On May 23, 2013, the worker returned to work on modified duties, with restrictions of avoiding bending and heavy lifting, and continued working until September 3, 2013 when the employer advised they were not able to accommodate the worker's restrictions at that time.
The worker attended a call-in examination with a WCB medical advisor on September 10, 2013, who recommended restrictions which were to remain in place for four to six weeks. The WCB medical advisor noted that it seemed the employer could not accommodate the worker within the restrictions and suggested that consideration be given to the worker participating in a physiotherapy-based reconditioning program, with the expectation that he would be fit to return to his regular duties at its conclusion.
The worker participated in the reconditioning program from September 23 to November 1, 2013. On November 28, 2013, the WCB's Compensation Services advised the worker that they had determined that as restrictions were no longer required, he was not entitled to wage loss benefits beyond November 1, 2013.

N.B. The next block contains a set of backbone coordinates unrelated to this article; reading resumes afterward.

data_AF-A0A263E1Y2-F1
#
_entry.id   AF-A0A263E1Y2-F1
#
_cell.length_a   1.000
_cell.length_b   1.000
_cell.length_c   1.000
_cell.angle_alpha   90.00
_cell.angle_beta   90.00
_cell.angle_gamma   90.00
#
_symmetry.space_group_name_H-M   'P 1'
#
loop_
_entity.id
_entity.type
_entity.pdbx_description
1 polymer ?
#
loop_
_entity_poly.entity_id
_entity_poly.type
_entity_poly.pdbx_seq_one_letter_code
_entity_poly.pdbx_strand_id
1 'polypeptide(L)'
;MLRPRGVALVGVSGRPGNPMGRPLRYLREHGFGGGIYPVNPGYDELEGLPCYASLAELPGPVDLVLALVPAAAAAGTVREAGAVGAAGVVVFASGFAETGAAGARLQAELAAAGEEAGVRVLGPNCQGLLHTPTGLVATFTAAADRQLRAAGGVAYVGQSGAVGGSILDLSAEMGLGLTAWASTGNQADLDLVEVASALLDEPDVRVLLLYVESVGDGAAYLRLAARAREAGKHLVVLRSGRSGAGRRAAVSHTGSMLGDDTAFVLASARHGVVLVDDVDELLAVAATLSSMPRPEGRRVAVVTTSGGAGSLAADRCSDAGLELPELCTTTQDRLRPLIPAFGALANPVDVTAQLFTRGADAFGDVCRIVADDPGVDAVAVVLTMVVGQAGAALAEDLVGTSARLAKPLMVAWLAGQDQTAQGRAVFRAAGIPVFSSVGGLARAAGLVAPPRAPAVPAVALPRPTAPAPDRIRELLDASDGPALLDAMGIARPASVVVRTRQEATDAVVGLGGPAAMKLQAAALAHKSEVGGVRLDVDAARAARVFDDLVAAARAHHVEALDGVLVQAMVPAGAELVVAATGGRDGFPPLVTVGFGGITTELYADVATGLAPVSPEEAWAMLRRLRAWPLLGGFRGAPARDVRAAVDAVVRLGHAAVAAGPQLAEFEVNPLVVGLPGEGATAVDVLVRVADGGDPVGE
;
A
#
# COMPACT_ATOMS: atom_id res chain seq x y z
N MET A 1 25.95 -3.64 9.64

On July 17, 2020, an employer's representative contacted the WCB. The representative noted that their review of the claim file indicated the worker likely had a pre-existing condition which resulted in a prolonged period of recovery time from the worker's injury, and requested cost relief in favour of the employer for the costs associated with the claim.
The WCB referred the file to the WCB medical advisor for review, and on November 10, 2020, the medical advisor opined that the findings on the April 23, 2013 CT scan "…while likely representing a degree of pre-existing degenerative change, were not of a severity likely to contribute to a significant degree of delay in recovery from the compensable injury." The WCB medical advisor further noted that while the worker had prior WCB claims in regard to back injuries, none of them appeared to have been significant injuries, the worker appeared to recover from all of them, and they would not represent significant pre-existing back conditions. On the same date, Compensation Services advised the employer's representative that the employer was not entitled to cost relief.